6 Money Management Tips for Small Business OwnersFrom making sure you get paid on time to mastering your budget, an expert reveals secrets to money management success.
When it comes to running a financially healthy company, every business owner has a common challenge: managing money effectively. If your small business is relatively new, you have a chance to put some best practices into place almost from the get-go. If it isn’t, better late than never.
Richard Trimber, head of the business law practice at General Counsel, PC, offered these tips to help you avoid common money management mistakes and protect your company’s bottom line for years to come.
Use accounting software
A small business owner must establish a system that allows the company to track revenue and expenses each month, according to Trimber.
“As a company grows, the platform upon which it is established must be strong enough to support it. With advances in technology and Web-enabled systems, it has never been easier to do this. You can literally snap a picture of a receipt and upload it to be tracked, so there is no more basketful of receipts,” Trimber said.
Create budgets and carefully track inputs
Monthly and annual budgets are a must — but it’s equally important to review those budgets regularly. “The mistake occurs when the small business owner establishes the budget and then never looks at it again until year-end,” Trimber said.
A well-run company understands the inputs that go into achieving the goals in a budget: the leads, the sales cycle and closing rates. These inputs should be tracked long before they hit the income statement, Trimber said.
He counsels clients to hold weekly meetings to review sales opportunities, track the close rates and catch items falling through the cracks. “There is a specific agenda for these meetings, so they are very effective,” Trimber said.
Manage your cash conversion cycle (CCC)
“The CCC is one of several measures of management effectiveness. It measures how fast a company can convert cash on hand into even more cash on hand,” Trimber said.
The CCC expresses the amount of time it takes cash to convert to inventory or goods and accounts payable, through sales and accounts receivable, and then back into cash, Trimber explained.
“Generally, the lower this number, the better for the company. Dell and online companies have negative CCC because they collect first and then send the product. Have you ever received anything from Amazon without paying for it first? Amazon posts financial losses often but is cash rich and investing for a distant future.”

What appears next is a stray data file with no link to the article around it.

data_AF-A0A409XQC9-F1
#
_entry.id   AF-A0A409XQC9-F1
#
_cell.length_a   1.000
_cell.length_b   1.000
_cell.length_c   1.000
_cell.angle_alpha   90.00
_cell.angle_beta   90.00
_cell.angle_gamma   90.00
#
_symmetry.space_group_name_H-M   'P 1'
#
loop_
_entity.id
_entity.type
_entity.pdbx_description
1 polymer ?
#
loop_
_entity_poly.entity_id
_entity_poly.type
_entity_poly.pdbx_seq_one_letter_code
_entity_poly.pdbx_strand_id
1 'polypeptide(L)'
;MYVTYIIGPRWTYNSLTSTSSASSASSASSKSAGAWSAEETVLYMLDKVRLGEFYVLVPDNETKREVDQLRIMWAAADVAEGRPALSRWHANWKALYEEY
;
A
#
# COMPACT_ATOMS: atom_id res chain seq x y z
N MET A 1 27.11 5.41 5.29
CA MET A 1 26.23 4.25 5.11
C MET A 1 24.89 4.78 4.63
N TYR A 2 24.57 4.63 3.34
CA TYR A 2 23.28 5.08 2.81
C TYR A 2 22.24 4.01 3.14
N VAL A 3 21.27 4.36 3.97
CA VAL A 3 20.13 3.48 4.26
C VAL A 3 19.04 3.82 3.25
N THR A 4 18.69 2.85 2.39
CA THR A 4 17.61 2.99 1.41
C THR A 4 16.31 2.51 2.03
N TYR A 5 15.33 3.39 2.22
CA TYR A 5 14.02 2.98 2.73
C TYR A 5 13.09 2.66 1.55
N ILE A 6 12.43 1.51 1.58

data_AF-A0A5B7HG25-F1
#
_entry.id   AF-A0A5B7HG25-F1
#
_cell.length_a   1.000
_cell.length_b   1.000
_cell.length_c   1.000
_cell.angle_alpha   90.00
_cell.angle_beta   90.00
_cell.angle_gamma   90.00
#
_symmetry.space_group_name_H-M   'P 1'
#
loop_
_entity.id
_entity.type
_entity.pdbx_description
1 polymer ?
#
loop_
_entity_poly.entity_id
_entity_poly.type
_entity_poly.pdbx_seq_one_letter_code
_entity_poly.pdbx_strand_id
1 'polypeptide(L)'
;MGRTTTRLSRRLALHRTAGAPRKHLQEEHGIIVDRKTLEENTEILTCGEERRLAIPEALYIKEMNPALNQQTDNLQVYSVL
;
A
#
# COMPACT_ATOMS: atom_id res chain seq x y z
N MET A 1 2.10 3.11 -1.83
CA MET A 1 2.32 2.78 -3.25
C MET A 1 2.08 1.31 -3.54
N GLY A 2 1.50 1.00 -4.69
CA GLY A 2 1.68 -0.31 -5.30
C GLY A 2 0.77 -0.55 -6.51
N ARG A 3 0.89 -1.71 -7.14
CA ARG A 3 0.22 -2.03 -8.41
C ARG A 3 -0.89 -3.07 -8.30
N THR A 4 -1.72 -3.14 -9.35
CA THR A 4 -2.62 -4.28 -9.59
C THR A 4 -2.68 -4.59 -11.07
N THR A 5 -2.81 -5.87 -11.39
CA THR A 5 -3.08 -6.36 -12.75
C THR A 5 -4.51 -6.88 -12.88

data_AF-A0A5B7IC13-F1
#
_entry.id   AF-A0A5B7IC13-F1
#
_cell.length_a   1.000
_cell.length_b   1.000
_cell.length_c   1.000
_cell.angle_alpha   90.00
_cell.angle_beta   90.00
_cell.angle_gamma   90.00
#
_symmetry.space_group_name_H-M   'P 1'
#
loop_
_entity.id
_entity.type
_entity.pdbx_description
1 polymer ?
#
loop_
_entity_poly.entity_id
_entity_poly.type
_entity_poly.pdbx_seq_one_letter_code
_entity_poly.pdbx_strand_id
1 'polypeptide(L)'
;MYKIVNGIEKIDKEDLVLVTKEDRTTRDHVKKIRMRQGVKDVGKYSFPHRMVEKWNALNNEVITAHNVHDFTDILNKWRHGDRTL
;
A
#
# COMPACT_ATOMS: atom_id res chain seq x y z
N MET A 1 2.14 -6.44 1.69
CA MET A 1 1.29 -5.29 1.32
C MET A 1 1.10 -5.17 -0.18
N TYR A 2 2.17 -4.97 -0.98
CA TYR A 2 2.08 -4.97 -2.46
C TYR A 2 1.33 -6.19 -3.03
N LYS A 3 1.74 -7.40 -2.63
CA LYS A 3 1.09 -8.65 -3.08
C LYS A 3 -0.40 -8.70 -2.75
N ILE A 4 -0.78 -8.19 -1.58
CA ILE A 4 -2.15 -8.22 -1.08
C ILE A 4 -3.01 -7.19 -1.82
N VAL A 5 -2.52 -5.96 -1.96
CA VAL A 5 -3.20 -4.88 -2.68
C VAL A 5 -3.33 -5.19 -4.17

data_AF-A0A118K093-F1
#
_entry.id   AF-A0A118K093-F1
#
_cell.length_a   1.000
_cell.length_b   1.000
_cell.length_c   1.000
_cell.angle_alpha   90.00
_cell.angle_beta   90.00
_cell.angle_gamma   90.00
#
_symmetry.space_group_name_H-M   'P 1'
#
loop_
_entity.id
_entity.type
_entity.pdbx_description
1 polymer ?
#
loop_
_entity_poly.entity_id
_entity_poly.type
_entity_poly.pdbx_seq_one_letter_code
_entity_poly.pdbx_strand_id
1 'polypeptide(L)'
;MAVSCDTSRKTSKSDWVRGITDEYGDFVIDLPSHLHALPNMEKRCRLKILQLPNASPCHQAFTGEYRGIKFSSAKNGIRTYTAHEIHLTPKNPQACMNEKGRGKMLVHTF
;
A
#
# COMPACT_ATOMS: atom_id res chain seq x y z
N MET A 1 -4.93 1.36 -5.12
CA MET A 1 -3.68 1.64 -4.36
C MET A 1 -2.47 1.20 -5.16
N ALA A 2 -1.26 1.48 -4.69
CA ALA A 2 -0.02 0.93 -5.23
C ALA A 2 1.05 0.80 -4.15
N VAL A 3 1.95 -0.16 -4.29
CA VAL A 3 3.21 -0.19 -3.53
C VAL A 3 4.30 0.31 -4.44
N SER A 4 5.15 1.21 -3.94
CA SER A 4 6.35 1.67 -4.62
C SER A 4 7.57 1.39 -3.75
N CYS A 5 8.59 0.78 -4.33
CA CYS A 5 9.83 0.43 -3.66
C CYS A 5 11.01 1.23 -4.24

Track your accounts receivable
“Poor accounts receivable means the company is having difficulty collecting payment from customers,” said Trimber. “A/R is essentially a loan to the customer, so delayed payment means there is a loss. The longer a company has to wait to be paid, the longer that money is unavailable for investment elsewhere. Usually this results in slowing payment of suppliers, which hurts your credit rating and relationships with suppliers.
“A few years ago, a client called because their A/R had ballooned and payments stopped. We did research and found the new accounts payable clerk was inputting all the invoices, but was sometimes checking the ‘do not print’ box in Quickbooks. Nobody realized they were mailing invoices only intermittently for over 90 days.” Customers who had already closed their books for the previous months were not happy.
Monitor credit card spending
If you run a small business, chances are you’re the only one with a business credit card, which can help you establish credit for your business. But if your company is large enough that some of your staff have company credit cards, be careful who gets them and how they are used. Trimber advised:
1) Setting spending expectations and policies, including monthly spending and single purchase limits
2) Monitoring and reconciling credit card expenses monthly
3) Requiring receipts and a reason for the purchase
“Too many times, the credit cards are issued and uncontrolled spending occurs. In those cases, the system is based on trust instead of a written policy that is monitored. While trust is important, verification is too,” Trimber said.
Consult an attorney and CPA
Trimber recommended small business owners hire an accountant and an attorney to manage legal and financial issues, or better yet, hire someone with both skills.
“As a business operator, I met regularly with both [types of experts] to get an outsider’s perspective on my thoughts and actions. An attorney with a financial background and understanding of the importance of tracking revenue and expenses for legal, accounting and business health purposes is a company’s greatest asset.”